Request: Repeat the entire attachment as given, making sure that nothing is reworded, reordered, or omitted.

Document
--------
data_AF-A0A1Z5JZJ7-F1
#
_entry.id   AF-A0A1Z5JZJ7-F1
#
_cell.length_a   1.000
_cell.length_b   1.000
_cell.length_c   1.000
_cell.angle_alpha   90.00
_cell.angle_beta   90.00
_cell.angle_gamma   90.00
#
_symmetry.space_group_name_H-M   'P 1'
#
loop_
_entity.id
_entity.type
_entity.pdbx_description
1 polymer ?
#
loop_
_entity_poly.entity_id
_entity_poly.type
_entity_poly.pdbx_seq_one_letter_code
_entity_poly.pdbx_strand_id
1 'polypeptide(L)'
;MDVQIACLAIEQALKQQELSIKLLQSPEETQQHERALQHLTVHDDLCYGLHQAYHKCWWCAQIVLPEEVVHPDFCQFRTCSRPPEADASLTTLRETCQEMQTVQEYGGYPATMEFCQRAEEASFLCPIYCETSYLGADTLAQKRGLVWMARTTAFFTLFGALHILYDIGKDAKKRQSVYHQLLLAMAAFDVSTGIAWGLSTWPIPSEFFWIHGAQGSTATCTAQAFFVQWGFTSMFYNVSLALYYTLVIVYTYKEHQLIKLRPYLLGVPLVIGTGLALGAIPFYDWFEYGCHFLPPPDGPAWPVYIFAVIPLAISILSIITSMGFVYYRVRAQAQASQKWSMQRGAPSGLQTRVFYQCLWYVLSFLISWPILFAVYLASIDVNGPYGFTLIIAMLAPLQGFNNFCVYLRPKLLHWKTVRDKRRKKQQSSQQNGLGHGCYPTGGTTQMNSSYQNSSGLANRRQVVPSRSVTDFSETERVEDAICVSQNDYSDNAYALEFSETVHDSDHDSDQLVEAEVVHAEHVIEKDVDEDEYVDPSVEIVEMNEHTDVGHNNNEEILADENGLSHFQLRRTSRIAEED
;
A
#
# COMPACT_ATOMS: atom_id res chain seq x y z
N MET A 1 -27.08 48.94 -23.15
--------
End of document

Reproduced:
data_AF-A0A1Z5JZJ7-F1
#
_entry.id   AF-A0A1Z5JZJ7-F1
#
_cell.length_a   1.000
_cell.length_b   1.000
_cell.length_c   1.000
_cell.angle_alpha   90.00
_cell.angle_beta   90.00
_cell.angle_gamma   90.00
#
_symmetry.space_group_name_H-M   'P 1'
#
loop_
_entity.id
_entity.type
_entity.pdbx_description
1 polymer ?
#
loop_
_entity_poly.entity_id
_entity_poly.type
_entity_poly.pdbx_seq_one_letter_code
_entity_poly.pdbx_strand_id
1 'polypeptide(L)'
;MDVQIACLAIEQALKQQELSIKLLQSPEETQQHERALQHLTVHDDLCYGLHQAYHKCWWCAQIVLPEEVVHPDFCQFRTCSRPPEADASLTTLRETCQEMQTVQEYGGYPATMEFCQRAEEASFLCPIYCETSYLGADTLAQKRGLVWMARTTAFFTLFGALHILYDIGKDAKKRQSVYHQLLLAMAAFDVSTGIAWGLSTWPIPSEFFWIHGAQGSTATCTAQAFFVQWGFTSMFYNVSLALYYTLVIVYTYKEHQLIKLRPYLLGVPLVIGTGLALGAIPFYDWFEYGCHFLPPPDGPAWPVYIFAVIPLAISILSIITSMGFVYYRVRAQAQASQKWSMQRGAPSGLQTRVFYQCLWYVLSFLISWPILFAVYLASIDVNGPYGFTLIIAMLAPLQGFNNFCVYLRPKLLHWKTVRDKRRKKQQSSQQNGLGHGCYPTGGTTQMNSSYQNSSGLANRRQVVPSRSVTDFSETERVEDAICVSQNDYSDNAYALEFSETVHDSDHDSDQLVEAEVVHAEHVIEKDVDEDEYVDPSVEIVEMNEHTDVGHNNNEEILADENGLSHFQLRRTSRIAEED
;
A
#
# COMPACT_ATOMS: atom_id res chain seq x y z
N MET A 1 -27.08 48.94 -23.15